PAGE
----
Gene-encoded, ribosomally synthesised antimicrobial peptides (AMPs) are an ancient and pervasive component of the innate defence mechanisms used by multicellular organisms to control the natural flora and combat pathogens. Bacteria also produce such AMPs to maintain ecological niches free of rival strains. Several hundred different peptides have been characterised to date, and they show a marked degree of variability in both sequence and structure, having evolved to act against distinct microbial targets in different physiological contexts. Many of these peptides appear to function via a selective, but not receptor-mediated, permeabilisation of microbial membranes, while others interact with specific membrane associated or intracellular targets. This review presents a broad survey of different AMP structural classes, emphasising both their molecular diversity and underlying similarities. The mode of action of these peptides and potential for biomedical and other application is also briefly discussed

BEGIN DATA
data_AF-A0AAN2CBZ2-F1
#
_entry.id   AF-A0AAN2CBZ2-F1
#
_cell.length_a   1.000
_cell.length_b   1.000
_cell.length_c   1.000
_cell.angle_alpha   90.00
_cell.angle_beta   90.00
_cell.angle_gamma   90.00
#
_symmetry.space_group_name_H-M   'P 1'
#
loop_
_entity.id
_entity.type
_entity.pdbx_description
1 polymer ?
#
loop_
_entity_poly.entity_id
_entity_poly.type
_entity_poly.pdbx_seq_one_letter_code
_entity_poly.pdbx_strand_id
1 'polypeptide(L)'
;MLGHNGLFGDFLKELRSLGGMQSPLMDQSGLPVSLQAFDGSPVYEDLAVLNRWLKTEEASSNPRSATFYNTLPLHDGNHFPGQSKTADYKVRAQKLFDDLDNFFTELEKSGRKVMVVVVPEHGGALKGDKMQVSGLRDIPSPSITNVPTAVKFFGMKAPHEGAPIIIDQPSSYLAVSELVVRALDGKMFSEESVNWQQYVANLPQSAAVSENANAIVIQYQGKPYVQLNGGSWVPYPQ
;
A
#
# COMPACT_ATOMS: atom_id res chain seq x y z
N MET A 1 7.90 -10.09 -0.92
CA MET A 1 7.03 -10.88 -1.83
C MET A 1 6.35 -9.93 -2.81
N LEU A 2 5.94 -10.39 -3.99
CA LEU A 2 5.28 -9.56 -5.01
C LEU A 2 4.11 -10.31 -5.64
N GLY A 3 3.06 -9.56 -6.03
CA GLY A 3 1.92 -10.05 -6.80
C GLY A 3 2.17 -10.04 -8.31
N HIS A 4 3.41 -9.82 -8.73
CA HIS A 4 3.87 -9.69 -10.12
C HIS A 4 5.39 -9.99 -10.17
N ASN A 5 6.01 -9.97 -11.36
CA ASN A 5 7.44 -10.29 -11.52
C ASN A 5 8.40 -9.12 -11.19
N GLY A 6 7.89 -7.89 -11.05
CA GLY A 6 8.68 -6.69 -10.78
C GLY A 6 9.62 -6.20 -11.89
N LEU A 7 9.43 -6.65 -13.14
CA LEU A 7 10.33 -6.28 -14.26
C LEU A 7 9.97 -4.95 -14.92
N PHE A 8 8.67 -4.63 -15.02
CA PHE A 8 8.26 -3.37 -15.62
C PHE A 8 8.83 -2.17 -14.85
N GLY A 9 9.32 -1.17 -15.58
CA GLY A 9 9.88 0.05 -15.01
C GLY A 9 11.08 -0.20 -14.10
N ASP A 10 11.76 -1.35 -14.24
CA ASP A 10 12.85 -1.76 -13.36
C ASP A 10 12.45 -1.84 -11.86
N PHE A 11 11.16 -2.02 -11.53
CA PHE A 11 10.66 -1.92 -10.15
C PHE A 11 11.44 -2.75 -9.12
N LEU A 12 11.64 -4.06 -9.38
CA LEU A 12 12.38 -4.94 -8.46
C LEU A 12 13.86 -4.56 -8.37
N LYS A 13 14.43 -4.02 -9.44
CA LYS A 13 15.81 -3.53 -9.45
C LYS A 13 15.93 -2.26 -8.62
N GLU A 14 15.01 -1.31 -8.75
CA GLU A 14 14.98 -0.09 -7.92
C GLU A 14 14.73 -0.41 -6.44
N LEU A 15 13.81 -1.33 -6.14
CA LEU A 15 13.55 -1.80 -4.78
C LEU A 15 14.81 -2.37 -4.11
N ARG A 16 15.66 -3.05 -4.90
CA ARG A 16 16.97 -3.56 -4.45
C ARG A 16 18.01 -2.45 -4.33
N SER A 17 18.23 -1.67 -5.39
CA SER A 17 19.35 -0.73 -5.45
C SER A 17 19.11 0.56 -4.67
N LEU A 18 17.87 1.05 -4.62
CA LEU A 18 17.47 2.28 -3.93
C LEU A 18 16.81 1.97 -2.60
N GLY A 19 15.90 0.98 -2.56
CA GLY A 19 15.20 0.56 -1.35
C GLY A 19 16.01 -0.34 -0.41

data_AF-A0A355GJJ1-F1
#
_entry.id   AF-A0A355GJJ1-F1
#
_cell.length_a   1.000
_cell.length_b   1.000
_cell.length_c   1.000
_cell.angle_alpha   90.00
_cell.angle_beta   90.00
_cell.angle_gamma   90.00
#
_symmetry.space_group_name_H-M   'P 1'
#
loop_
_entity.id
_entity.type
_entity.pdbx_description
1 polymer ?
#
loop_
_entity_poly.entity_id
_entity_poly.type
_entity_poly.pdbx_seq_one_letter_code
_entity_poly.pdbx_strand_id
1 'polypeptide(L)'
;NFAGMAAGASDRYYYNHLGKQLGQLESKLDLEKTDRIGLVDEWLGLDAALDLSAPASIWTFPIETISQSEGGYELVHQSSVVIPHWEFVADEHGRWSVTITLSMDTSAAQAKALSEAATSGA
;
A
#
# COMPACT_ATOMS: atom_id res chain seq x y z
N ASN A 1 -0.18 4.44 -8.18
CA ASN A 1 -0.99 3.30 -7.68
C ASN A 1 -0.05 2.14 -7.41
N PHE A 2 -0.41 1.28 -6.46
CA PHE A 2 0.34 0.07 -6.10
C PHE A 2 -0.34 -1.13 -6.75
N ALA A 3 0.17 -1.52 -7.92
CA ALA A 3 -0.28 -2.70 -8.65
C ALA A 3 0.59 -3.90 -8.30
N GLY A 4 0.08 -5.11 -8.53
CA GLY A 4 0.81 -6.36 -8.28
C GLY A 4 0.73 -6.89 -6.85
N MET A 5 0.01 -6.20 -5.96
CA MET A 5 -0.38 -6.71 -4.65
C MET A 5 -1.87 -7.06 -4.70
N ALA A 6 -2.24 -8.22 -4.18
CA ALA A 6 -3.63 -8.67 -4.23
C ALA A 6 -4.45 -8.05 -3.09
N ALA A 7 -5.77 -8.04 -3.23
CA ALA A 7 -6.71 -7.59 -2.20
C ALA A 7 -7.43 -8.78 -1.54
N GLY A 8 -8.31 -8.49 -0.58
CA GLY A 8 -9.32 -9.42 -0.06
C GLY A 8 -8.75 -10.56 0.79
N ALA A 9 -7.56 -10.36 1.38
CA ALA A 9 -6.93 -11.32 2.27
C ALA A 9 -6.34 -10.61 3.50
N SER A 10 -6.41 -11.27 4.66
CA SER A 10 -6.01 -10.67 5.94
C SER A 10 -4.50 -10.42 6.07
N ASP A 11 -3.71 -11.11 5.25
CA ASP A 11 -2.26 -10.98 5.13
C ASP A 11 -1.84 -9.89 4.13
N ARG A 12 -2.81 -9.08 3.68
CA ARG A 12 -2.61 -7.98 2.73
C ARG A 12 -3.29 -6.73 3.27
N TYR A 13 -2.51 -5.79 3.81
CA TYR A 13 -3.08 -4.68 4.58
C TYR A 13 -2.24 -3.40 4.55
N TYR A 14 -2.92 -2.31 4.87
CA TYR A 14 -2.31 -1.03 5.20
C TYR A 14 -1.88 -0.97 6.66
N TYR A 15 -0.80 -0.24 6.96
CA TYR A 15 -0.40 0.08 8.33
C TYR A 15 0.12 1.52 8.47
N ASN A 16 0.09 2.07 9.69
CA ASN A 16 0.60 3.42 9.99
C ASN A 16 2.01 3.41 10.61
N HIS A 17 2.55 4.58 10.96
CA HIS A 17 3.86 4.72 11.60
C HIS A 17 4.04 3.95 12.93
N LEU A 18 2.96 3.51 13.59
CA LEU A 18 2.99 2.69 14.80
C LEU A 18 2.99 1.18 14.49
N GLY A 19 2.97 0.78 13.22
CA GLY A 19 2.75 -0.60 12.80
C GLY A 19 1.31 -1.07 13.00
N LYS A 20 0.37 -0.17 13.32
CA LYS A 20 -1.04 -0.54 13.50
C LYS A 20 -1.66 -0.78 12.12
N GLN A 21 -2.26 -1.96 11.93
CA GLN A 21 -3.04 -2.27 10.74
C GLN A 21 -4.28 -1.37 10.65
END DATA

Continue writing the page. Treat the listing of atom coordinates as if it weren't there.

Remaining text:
To submit an update or takedown request for this paper, please submit an Update/Correction/Removal Request.